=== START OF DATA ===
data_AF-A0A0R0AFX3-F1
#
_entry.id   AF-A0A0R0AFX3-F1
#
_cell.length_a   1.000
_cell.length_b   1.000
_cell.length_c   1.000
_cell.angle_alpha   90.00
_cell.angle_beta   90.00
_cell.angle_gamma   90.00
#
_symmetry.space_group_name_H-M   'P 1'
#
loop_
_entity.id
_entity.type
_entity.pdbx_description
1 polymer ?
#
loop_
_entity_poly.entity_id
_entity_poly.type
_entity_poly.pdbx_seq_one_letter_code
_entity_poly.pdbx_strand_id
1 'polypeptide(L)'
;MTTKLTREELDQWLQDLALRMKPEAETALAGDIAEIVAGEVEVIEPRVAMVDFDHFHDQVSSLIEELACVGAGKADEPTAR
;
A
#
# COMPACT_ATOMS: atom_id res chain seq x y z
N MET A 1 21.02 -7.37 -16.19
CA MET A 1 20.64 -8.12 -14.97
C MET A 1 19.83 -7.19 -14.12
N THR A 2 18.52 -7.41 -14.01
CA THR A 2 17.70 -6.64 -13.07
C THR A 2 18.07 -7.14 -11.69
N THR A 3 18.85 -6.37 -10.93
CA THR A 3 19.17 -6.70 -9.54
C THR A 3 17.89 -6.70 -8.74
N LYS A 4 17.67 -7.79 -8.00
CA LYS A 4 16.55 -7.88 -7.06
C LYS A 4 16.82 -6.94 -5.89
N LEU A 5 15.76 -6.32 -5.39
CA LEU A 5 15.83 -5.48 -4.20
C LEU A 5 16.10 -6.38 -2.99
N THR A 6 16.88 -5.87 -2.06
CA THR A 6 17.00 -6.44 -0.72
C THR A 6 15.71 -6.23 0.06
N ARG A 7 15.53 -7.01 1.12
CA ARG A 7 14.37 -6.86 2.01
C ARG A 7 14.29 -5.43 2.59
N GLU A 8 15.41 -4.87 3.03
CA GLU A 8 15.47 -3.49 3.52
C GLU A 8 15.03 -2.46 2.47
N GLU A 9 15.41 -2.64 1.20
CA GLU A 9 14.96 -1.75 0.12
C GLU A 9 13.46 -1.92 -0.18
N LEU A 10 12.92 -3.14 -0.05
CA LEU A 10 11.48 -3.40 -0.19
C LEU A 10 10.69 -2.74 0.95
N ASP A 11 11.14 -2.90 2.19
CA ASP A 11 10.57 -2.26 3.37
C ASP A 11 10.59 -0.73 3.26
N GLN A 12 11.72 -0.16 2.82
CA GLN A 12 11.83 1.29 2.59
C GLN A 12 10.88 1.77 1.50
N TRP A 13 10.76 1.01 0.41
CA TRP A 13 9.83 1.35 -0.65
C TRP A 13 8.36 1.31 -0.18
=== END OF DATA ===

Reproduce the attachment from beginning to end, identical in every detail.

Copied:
data_AF-A0A0R0AFX3-F1
#
_entry.id   AF-A0A0R0AFX3-F1
#
_cell.length_a   1.000
_cell.length_b   1.000
_cell.length_c   1.000
_cell.angle_alpha   90.00
_cell.angle_beta   90.00
_cell.angle_gamma   90.00
#
_symmetry.space_group_name_H-M   'P 1'
#
loop_
_entity.id
_entity.type
_entity.pdbx_description
1 polymer ?
#
loop_
_entity_poly.entity_id
_entity_poly.type
_entity_poly.pdbx_seq_one_letter_code
_entity_poly.pdbx_strand_id
1 'polypeptide(L)'
;MTTKLTREELDQWLQDLALRMKPEAETALAGDIAEIVAGEVEVIEPRVAMVDFDHFHDQVSSLIEELACVGAGKADEPTAR
;
A
#
# COMPACT_ATOMS: atom_id res chain seq x y z
N MET A 1 21.02 -7.37 -16.19
CA MET A 1 20.64 -8.12 -14.97
C MET A 1 19.83 -7.19 -14.12
N THR A 2 18.52 -7.41 -14.01
CA THR A 2 17.70 -6.64 -13.07
C THR A 2 18.07 -7.14 -11.69
N THR A 3 18.85 -6.37 -10.93
CA THR A 3 19.17 -6.70 -9.54
C THR A 3 17.89 -6.70 -8.74
N LYS A 4 17.67 -7.79 -8.00
CA LYS A 4 16.55 -7.88 -7.06
C LYS A 4 16.82 -6.94 -5.89
N LEU A 5 15.76 -6.32 -5.39
CA LEU A 5 15.83 -5.48 -4.20
C LEU A 5 16.10 -6.38 -2.99
N THR A 6 16.88 -5.87 -2.06
CA THR A 6 17.00 -6.44 -0.72
C THR A 6 15.71 -6.23 0.06
N ARG A 7 15.53 -7.01 1.12
CA ARG A 7 14.37 -6.86 2.01
C ARG A 7 14.29 -5.43 2.59
N GLU A 8 15.41 -4.87 3.03
CA GLU A 8 15.47 -3.49 3.52
C GLU A 8 15.03 -2.46 2.47
N GLU A 9 15.41 -2.64 1.20
CA GLU A 9 14.96 -1.75 0.12
C GLU A 9 13.46 -1.92 -0.18
N LEU A 10 12.92 -3.14 -0.05
CA LEU A 10 11.48 -3.40 -0.19
C LEU A 10 10.69 -2.74 0.95
N ASP A 11 11.14 -2.90 2.19
CA ASP A 11 10.57 -2.26 3.37
C ASP A 11 10.59 -0.73 3.26
N GLN A 12 11.72 -0.16 2.82
CA GLN A 12 11.83 1.29 2.59
C GLN A 12 10.88 1.77 1.50
N TRP A 13 10.76 1.01 0.41
CA TRP A 13 9.83 1.35 -0.65
C TRP A 13 8.36 1.31 -0.18